What is merchandising?
Merchandising is finding or creating supporting or related products to sell alongside your main product range.
Merchandising helps sustain commercial activity related to the main product or products of mainly retail businesses.
Cash flow is important for all businesses. Without merchandising, most businesses would quickly run out of capital.
Who uses merchandising?
Retailers most commonly use merchandise to support their brand. Their brand is the main product and merchandise is all the products that support the brand.
Most successful businesses use merchandising - even if they know don't know they do!
Merchandising can be "service based" or "product based".
An example of a service based merchandise is for example "boiler service" by a gas and electric company.
A simple example of product based merchandise is selling baseball caps at a baseball game.
Even Dentists sell merchandise - for our dentist sells $5 "special" toothbrushes at the checkout desk. If they have 100 customers a month - $500 might pay the electricity bill! That's merchandising at work!
Merchandising is difficult because choosing the right products is tough. These products should support the main product and the brand.
Benefit of Merchandising
Merchandising's main benefit is to provide the core business with cash flow.
Visual merchandising is different to merchandising in that:
- Visual merchandising is about creating visually alluring shop fronts
- Visual merchandising is about presenting merchandise in the context of the brand
- Visual merchandising is about creating in-store displays for the purpose of selling more merchandise!
A successful merchandising strategy depends on successful visual merchandising strategy.
Without merchandising it may be difficult for a business to remain in business selling its main products as these products may be low-volume high-margin items.
Low-volume means low sales volumes. For example, 1 item sold per month.
High-margin means the profit on an item is high compared to its cost. For example, $500 item which costs $50 to make is a high-margin item.
Sell other products along with the main product.
Surprisingly, the main product might never get sold and all the cash flow comes from low margin high volume products.
Simple Example: Gas Stations
A simple example of merchandising which we see every day is how petrol stations (which we'll call gas stations from here on). Gas stations have evolved to sell groceries! How did this happen? In the beginning, gas stations were pretty much all about filling up with gas and then getting oil and water checked by an attendant. These days, petrol stations have had a complete visual merchandising and merchandising make-over, making them lucrative and self-sustaining businesses that just happen to sell fuel. Fuel is the main product of a gas station, but gas stations make most of their income from groceries and snacks. In fact, we recently witnessed a local gas station shut-down when a grocery store opened next door.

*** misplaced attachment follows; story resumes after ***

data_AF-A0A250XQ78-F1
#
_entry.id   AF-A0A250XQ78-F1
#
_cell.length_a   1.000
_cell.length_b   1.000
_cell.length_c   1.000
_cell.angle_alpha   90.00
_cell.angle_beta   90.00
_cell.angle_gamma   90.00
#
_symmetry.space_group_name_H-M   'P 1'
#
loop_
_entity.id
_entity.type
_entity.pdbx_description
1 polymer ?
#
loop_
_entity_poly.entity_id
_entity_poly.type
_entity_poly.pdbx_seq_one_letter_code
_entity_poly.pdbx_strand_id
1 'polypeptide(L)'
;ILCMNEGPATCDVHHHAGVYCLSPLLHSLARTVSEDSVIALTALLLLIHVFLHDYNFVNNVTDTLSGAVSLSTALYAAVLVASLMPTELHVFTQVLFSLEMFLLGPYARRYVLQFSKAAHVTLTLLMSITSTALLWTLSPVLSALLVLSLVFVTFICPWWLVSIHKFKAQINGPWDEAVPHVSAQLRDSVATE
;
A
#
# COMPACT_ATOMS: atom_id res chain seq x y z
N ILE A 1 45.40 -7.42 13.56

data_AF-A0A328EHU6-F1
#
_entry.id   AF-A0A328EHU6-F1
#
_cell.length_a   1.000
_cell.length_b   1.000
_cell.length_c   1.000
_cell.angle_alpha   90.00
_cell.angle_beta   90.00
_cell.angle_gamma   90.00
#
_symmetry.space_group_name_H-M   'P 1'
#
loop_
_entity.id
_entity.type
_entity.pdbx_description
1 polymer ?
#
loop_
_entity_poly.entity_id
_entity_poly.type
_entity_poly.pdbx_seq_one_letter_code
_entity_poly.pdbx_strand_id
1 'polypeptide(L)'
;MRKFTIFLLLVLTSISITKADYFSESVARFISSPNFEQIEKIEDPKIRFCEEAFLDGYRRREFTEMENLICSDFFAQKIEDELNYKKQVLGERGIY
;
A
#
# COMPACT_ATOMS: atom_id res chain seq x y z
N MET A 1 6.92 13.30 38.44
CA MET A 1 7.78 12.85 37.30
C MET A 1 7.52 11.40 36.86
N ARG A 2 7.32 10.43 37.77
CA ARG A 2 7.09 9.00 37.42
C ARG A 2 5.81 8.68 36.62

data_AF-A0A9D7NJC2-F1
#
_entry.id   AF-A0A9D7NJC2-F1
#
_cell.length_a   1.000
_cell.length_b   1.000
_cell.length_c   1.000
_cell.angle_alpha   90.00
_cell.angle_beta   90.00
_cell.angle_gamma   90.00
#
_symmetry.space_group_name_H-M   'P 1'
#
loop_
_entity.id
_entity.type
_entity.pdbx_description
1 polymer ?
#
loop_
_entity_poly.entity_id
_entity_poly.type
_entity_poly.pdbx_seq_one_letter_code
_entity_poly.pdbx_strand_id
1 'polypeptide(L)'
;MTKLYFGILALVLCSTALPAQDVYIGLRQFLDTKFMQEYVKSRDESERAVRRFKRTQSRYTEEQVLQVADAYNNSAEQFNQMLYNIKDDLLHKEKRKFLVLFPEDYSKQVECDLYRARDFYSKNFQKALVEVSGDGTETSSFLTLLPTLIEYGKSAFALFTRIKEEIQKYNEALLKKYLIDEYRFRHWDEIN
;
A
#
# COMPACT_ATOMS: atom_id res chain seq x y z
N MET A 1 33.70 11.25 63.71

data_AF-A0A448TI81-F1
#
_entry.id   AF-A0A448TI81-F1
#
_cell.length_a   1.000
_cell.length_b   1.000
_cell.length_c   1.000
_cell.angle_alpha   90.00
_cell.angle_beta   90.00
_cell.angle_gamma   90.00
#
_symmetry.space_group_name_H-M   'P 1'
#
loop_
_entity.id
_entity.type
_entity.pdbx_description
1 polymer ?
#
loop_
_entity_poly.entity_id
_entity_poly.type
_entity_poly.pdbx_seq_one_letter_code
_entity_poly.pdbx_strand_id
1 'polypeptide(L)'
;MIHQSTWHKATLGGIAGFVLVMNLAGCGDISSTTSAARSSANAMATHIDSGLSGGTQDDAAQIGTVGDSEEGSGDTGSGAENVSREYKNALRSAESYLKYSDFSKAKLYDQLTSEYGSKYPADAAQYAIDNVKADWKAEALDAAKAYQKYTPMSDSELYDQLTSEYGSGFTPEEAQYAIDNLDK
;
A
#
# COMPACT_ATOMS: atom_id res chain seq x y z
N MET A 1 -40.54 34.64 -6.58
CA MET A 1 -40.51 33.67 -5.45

Benefits of Merchandising
Merchandising gives consumers more choice when they visit a website or brick and mortar establishment. Merchandising gives businesses supplying the merchandise a larger consumer base or more supply-chains, decreasing the merchandiser's overall dependency on their existing supply-chain - creating a more stable operating environment for the merchandise supplier. Merchandising gives the owner of the business selling their primary product (e.g. fuel, as in the above example) increased foot-traffic or in the case of the web - increased click-traffic. With smart visual merchandising and careful design and layout of a website, visitors won't feel overwhelmed by choice, but instead they will feel they have made an informed decision, compared prices, won't feel like they've been forced into a buying decision, and feel much happier with their purchase.
Foot traffic or web page hits
To be successful in traditional brick and mortar retail operation you need a combination of good merchandising, visual merchandising and store location.
To be successful in web retail you need a combination of good merchandising, visual merchandising, and brand awareness.
Merchandising Strategy Ideas
Start a "merchandise strategy document".
Standardise product layout throughout the shop - in terms of the websites, this means keep the site looking consistent.
Put the best selling stock at eye-level or make it easy to find. In the retail business, this is using the senses such as sounds, smells and signs. For websites ensure your search and navigation works and your checkout process works.
Know the seasonal changes that affect your product.
Use bright primary colours.
Simple sells - finding and buying should be easy.
Group by brand for expensive items and group by product-type for less-expensive items.
Cross-merchandise - putting different products next to each other for example expensive shower soap and trendy running shoes.
Keep it interesting.